What is data validation
Software applications, both web and native, are continually receiving user "input". When you post a status to Facebook, or when you enter you date of birth on a form, you are sending input to the application. That input needs to be validated. If you are sending you date of birth, the application should ensure that the date exists, and you should not be able to send
"99/01/2010" as that date does not exist. That input just failed validation and you, as the user, should receive a prompt in the app to let you know the data is invalid.
Validation ensures that the input is in a format, or is a value, that the system is expecting. It can also have security implications for the system, but we won't go into here.
Let’s say we are allowing a user to register with our app. We might have the following requirements for their input:
- Must be provided.
- Must be a valid email address.
- Must be provided.
- Must be at least 6 characters in length.
In order to use the validation tools provided by Laravel out of the box, we build up an array of rules. These can be pipe
| separated rules, or another array. We'll stick with the pipes for now. Here are the Laravel validation rules that correspond to our registration requirements:
$rules = [ 'email' => 'required|email', 'password' => 'required|min:6', ];
Once you have your rules mapped out like this, you can pass them to a validator object to determine if the data passes, or fails, and perform actions based on the outcome. The validator will also provide you with error messages, or you can specify custom messages.
To make the creation of validation rules feel more at home for developers who prefer to use objects instead of magic strings, I’ve develop a rule builder that implements the validation rules with a fluent interface.
Laravel as a whole has a large focus on the feel of the framework API and the fluent interface pops up a lot when working with the code base. It actually already has a fluent rule builder for some more complex rules, but more on that shortly.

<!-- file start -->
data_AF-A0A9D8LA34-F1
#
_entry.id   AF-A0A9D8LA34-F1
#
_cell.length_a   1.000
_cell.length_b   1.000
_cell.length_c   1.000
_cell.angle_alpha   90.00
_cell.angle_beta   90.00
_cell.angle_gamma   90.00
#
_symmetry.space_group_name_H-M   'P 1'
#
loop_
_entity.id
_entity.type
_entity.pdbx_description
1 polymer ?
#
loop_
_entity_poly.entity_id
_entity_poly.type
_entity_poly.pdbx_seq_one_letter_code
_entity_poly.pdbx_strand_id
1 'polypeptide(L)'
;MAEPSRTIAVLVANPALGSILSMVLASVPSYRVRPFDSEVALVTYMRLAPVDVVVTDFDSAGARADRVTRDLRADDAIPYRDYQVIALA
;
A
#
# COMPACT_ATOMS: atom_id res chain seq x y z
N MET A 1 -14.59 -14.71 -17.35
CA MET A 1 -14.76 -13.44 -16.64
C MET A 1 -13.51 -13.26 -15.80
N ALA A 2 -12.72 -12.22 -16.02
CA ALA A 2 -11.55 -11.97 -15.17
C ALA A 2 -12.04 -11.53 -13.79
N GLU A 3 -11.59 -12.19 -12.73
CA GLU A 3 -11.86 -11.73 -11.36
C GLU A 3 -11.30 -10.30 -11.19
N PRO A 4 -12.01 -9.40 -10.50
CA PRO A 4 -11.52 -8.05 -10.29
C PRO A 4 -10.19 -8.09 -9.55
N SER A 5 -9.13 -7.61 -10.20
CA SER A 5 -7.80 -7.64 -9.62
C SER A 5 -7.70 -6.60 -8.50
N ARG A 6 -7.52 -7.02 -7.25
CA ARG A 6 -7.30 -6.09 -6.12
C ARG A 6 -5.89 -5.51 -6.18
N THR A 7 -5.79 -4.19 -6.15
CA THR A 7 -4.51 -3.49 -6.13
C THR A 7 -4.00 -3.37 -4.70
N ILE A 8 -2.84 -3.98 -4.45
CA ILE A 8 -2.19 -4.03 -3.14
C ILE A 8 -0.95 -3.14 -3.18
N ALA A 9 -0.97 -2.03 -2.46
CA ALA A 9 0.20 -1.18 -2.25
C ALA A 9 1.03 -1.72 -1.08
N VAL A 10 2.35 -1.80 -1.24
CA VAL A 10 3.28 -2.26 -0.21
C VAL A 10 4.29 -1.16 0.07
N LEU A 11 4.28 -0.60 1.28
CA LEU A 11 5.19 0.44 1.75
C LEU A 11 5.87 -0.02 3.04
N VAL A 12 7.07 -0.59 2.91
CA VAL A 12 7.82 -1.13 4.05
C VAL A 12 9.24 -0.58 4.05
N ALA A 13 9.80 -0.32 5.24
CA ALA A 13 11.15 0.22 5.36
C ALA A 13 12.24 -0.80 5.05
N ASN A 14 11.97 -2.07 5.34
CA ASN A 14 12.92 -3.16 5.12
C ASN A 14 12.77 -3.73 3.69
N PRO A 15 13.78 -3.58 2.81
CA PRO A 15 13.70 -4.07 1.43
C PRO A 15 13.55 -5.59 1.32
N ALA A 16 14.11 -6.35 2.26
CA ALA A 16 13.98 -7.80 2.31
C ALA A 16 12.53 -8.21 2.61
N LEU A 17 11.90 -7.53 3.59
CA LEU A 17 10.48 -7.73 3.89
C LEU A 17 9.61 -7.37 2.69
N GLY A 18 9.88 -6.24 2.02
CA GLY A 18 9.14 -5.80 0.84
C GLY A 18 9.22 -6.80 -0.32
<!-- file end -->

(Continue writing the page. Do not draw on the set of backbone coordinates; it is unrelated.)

Instead of concatenating all these rules with the pipe character, we can simply call method names that correspond with the rules and pass in the arguments.
use TiMacDonald\Rule\Builder as Rule; $rules = [ 'email' => Rule::required() ->email() ->get(), 'password' => Rule::required() ->min(6) ->get(), ];
Built in rule class
As I mentioned earlier Laravel actually comes with some built in classes for building validation rules, however it only allows for the creation of the
unique rules (at the time of writing). I would hate to reinvent the wheel, so I incorporated them into this builder and calls to these rules are proxied internally to the built in validation rules on the fly.
One thing to keep in mind is that the built in rules have additional methods of their own for building up the validation logic, so you must call any methods on a built in rule directly after the initial call to it. As a example if we want to ensure that the users email is unique in the database, but we want to ignore a specific users ID we could do something like this...
use TiMacDonald\Rule\Builder as Rule; $rules = [ 'email' => Rule::required() ->unique($user->getTable())->ignore($user->id) ->email() ->get(), 'password' => Rule::required() ->min(6) ->get(), ];
Here you can see the built in
unique rule with a following
ignore method call on it. This ignore method is proxied to the unique rule and so are any following method calls until another rule is encountered, in this case
If you wanna utilise the rule builder, you can check it out on GitHub. If you are using the package, or have any feedback, please feel free to reach out to me about it.